- Overall GUI is nicely organized and employs a very similar look and feel to the BPEL Editor in Cape Clear.

-Assignment Editor in the current release M3, does not provide a graphical drill down to the schema element level. You can select your messages but no further.

-Activities are easily selected and placed in the panel. The Properties window needs to be visible to then edit those value.
-No tab to edit the BPEL directly with context sensitive help. I opened the BPEL in an XML Editor and flipped between the windows.
-XPath is done manually rather than created via the selection tool.
-PartnerLink defintion process is not as easy as in Cape Clear but it does generate an artifact WSDL file that includes the partnerlink definition so you do not need to muck up your WSDLs with the elements.

Issues that I have experienced:

1) Currently the Web Service Tools that is bundled with the BPEL Project appears to have a bug with imported schema. This is obviously unrelated to the BPEL Project but the full-lifecycle of developing the Service Contract and using this for the BPEL is not working properly. Currently have to use inline schema instead of importing.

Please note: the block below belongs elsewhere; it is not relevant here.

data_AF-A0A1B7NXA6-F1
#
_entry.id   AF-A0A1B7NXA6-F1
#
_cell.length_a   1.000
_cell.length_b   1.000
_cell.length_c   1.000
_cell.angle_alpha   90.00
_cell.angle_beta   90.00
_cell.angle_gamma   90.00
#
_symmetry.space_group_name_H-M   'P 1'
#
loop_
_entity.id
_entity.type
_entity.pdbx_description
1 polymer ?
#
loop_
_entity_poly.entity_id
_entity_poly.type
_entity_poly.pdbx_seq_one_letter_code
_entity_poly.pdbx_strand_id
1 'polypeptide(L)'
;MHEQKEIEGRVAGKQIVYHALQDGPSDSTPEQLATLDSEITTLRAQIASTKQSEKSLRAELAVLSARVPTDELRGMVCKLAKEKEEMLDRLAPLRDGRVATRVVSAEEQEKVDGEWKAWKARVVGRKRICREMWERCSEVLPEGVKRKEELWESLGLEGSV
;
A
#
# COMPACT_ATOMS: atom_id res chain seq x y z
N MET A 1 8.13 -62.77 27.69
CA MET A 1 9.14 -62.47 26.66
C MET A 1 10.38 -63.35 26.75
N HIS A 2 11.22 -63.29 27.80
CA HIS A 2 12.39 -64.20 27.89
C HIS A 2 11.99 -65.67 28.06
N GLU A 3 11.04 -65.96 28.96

What I haven't tried:

1) Deploying generated BPEL 2.0 into a container. Will try Apache ODE in either Axis or ServiceMix to confirm execution.

Tuesday, March 18, 2008

SOAPUI Benefits

As part of the previously mentioned Continuous Integration effort I am undergoing, an effective/simple approach to Unit Testing needs to be identified. JUnit works well when performing assertions on Java. When testing Web Services, I decided to look for alternatives. One alternative is to use XMLUnit as I described in an earlier post. In order to test for the current client, a different approach was in order. Their current QA Staff are not familiar with Web Services so a Web Services centric Testing tool is an additional requirement. SOAPUI available at provides a very simple and capable Test environment. GUI, command line and JUnit integration are provided in the freely available version.